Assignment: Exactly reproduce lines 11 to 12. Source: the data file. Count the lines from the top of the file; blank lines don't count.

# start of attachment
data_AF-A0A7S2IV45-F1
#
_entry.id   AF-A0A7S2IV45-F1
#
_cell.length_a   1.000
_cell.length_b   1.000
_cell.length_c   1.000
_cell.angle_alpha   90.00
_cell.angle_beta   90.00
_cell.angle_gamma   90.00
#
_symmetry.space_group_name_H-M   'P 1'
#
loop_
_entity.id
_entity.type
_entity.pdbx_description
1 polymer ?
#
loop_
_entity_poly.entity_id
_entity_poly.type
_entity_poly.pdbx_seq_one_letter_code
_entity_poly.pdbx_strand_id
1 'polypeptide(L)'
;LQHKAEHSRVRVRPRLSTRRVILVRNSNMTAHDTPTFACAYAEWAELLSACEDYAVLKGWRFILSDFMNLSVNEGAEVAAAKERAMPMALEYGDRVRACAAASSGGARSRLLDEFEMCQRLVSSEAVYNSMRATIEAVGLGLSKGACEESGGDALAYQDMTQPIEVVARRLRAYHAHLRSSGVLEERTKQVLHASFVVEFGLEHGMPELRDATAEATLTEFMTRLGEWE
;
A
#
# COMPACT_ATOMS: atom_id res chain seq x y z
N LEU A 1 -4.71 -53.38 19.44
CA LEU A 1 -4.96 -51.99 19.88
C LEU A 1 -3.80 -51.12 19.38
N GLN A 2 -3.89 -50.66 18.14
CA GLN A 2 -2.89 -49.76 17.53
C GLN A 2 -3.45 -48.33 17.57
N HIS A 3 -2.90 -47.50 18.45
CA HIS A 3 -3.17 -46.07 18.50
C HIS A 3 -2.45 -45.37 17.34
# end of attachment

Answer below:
#
_symmetry.space_group_name_H-M   'P 1'